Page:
Science vs. Semantics—Perspectives Matter When it Comes to Genetically Modified and Genetically Edited Organisms

  • GMO Science and Regulation Have Created Genetic Gordian Knot
  • New Genetic Editing Methods Outpace Rules for Consumer Protection
  • Marker-Based Breeding May Bypass GMOs
  • Soylent Green No Longer A Futuristic Concept
The legendary Gordian knot is a metaphor for an intractable problem. Taken from

The legendary Gordian knot is a metaphor for an intractable problem. Taken from

Truth be told, I’ve been vacillating for a long time about writing this blog about genetically modified organisms (GMOs), not for lack of relevance to what’s trending in nucleic acids research, but because it’s an exceedingly complicated subject with no definitive conclusions. There’s a complex mixture of underlying genetic methods, overriding regulatory issues, confused-consumer viewpoints, and balancing global ecosystem vs. humanitarian needs—all interwoven into a modern day version of the Gordian knot.

I’ll now try to unravel some of these tangled perspectives largely to comment on newish nucleic acid-based techniques that are forcing a rethink of regulations in order to better deal with what has become a “regional rat’s nest of regulatory gobbledygook.” Intermixed with the gobbledygook are well-intentioned advocacy groups that nevertheless seem guilty of using irrational—to me—consumer scare tactics.

Too Little Food for Too Many People

The sadly undeniable, humanitarian part of the Gordian knot of GMOs is that—regardless of why—there is too little food to sustain life for too many people currently alive on this planet, with matters getting only worse. The world’s human population has grown exponentially, from about 4 billion people in 1975 to more than 7 billion today. By 2050, this number is projected to rise to approximately 9.6 billion. Today, world hunger—a polite phrase for starvation—together with malnutrition are estimated to affect 1 billion people, which is about 15% of the planet’s population.

Frankenfood: noun. Derogatory term for genetically modified food akin to Frankenstein. Taken from

Frankenfood: noun. Derogatory term for genetically modified food akin to Frankenstein. Taken from

Even with remarkable advances in animal husbandry and crop production efficiency—as well as reductions in waste and population migration—much more is needed to address the current and expected shortfall in food. Genetic engineering—by which I mean any natural or laboratory process that is gene-based—has already provided significant positive contributions and will continue to do so.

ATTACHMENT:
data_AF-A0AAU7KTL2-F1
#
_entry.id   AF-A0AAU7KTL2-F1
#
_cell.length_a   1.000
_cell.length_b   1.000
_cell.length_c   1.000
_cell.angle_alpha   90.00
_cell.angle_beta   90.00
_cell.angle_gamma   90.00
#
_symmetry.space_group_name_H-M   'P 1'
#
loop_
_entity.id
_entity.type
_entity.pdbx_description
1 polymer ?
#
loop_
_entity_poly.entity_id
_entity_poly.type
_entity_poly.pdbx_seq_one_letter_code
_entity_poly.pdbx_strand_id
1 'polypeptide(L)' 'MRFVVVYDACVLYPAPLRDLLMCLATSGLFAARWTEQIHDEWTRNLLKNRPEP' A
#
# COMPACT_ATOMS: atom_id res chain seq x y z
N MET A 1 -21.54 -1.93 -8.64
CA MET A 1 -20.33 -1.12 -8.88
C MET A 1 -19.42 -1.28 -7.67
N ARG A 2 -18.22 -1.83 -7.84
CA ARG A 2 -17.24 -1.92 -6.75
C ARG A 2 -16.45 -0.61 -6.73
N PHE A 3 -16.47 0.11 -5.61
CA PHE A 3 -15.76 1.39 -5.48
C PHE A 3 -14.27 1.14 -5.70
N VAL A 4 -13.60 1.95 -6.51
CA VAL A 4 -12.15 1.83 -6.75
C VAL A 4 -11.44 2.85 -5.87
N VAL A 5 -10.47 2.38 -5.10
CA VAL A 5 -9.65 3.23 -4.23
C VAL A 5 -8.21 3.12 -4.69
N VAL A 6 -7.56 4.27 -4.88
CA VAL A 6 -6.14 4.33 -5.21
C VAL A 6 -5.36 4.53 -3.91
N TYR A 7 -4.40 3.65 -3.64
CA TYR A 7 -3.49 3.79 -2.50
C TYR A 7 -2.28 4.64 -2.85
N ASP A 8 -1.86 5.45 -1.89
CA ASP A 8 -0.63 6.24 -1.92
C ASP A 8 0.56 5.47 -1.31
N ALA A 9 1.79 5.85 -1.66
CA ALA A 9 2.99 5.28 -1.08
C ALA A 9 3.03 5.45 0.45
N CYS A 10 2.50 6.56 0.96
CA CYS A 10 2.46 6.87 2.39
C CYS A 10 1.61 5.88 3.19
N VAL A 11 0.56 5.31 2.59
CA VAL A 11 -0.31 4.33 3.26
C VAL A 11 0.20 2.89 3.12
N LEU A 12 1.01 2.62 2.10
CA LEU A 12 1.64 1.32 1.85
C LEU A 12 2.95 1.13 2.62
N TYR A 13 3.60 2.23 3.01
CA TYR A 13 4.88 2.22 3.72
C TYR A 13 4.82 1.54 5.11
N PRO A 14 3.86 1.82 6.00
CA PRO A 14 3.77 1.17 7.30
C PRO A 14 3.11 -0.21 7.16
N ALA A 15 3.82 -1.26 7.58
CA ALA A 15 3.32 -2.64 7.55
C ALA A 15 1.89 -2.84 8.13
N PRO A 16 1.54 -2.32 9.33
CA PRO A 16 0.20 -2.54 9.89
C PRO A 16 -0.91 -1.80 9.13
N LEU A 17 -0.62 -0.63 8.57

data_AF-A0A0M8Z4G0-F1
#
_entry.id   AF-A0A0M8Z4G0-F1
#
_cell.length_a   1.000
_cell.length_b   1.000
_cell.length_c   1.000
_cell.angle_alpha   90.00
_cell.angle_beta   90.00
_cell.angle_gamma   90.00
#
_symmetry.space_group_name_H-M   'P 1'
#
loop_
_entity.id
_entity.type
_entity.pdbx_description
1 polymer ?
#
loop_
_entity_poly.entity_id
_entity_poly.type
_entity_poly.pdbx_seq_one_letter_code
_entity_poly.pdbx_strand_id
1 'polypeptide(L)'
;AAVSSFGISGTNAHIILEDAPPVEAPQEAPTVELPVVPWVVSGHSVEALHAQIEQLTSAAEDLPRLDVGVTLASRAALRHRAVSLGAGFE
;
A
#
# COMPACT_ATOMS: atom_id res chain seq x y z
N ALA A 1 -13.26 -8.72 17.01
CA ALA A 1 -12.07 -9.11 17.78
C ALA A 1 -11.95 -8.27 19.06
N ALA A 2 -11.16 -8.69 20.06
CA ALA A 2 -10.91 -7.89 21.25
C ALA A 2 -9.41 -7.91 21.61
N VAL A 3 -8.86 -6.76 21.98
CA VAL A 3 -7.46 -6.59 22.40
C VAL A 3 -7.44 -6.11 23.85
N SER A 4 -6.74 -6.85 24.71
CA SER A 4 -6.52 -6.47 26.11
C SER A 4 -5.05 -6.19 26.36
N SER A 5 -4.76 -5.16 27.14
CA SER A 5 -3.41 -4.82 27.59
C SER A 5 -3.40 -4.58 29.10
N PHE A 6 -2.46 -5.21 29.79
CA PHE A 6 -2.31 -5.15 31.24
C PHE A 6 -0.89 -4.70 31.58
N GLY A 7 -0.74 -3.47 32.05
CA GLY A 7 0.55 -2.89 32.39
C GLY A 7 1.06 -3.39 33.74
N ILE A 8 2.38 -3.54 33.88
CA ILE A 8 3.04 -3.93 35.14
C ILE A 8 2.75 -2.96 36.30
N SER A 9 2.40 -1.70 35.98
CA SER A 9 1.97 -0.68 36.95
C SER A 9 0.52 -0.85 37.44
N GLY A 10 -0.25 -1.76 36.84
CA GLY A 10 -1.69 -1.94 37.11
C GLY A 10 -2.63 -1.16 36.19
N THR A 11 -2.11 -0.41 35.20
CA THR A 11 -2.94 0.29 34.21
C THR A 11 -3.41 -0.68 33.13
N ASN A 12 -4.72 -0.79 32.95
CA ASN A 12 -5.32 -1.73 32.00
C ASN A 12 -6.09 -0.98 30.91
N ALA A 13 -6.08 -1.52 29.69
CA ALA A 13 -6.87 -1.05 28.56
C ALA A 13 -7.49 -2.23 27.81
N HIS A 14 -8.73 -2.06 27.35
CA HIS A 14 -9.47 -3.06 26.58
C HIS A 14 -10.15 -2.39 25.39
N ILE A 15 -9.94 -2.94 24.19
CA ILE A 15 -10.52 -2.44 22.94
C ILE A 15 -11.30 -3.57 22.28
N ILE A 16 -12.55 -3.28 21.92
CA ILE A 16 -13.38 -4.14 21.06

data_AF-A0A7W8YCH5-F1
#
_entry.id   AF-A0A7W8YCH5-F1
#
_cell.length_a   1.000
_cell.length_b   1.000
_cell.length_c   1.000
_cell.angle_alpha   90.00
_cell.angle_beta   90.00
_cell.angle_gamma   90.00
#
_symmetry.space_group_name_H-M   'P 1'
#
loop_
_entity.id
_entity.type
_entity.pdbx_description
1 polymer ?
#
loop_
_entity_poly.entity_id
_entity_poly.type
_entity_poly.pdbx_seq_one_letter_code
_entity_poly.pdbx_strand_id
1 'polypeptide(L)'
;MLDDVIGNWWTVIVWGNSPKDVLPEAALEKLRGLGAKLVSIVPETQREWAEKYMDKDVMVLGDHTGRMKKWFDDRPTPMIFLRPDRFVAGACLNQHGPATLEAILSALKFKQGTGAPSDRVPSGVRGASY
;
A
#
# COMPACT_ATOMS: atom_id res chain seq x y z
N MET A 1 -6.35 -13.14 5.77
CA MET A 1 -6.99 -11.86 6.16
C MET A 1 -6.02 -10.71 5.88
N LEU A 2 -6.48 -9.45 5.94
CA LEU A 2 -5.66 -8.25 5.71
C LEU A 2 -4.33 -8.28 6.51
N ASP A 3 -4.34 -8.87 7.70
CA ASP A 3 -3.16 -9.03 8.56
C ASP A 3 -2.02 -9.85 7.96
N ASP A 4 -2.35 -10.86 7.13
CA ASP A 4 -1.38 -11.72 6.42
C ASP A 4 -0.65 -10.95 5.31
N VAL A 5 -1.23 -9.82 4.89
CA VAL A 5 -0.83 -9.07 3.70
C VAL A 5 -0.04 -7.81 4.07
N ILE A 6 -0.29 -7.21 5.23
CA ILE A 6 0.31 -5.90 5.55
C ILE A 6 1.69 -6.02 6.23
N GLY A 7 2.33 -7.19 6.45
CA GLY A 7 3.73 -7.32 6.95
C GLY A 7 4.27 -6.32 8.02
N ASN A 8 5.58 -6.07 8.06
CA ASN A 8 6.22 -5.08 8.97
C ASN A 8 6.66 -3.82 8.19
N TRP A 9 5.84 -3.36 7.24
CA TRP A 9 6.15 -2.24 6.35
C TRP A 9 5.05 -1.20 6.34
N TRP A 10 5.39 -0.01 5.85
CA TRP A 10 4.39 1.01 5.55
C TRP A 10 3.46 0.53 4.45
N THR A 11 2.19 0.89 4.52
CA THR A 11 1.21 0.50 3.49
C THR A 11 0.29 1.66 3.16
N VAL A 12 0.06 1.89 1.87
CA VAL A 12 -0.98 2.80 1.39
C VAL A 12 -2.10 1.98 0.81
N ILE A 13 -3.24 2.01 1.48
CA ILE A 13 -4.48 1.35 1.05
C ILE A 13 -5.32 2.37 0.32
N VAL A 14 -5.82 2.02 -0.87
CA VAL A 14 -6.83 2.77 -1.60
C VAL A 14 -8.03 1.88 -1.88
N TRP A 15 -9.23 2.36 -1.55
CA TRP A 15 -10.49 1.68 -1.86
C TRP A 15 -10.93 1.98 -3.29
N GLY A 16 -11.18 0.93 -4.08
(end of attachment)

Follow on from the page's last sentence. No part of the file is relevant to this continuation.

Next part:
Unfortunately, any form of genetic engineering and especially GMOs per se are taken by some to be inherently bad or dangerous, thus giving rise to sometimes irrational arguments such referring to GMOs as “frakenfood.” In developed countries, consumers have the right—and luxury—to eat what they prefer, whereas starving folks elsewhere simply need calories and protein, something that GMOs can efficiently provide.

Genetic Modification 101

Although Mother Nature’s natural forms of genetic modification underlie evolution of all life forms, human intervention began in the 1970s when Stanley Cohen and Herbert Boyer co-invented recombinant DNA cloning technology, which allowed genes to be transplanted between different biological species. Together with others, Cohen and Boyer published the creation of the first genetically modified organism (GMO) in 1974.

Over the ensuing four decades, there has been rapid progression from the lab to plants and animals that is summarized elsewhere as key technical milestones—along with consumer concerns and increasingly complicated, seemingly ad hoc regulations by US and European authorities. This rat’s nest of regulations reflects difficulties in writing and legally interpreting methods-based regulations, as discussed recently by scientists who suggest that GMO food and animals should be judged by “product, not process.” In other words, the regulatory focus should be the final end-product obtained rather than the process or method by which it is obtained, a view I strongly support and one that has been echoed more recently in an article in The Scientist magazine.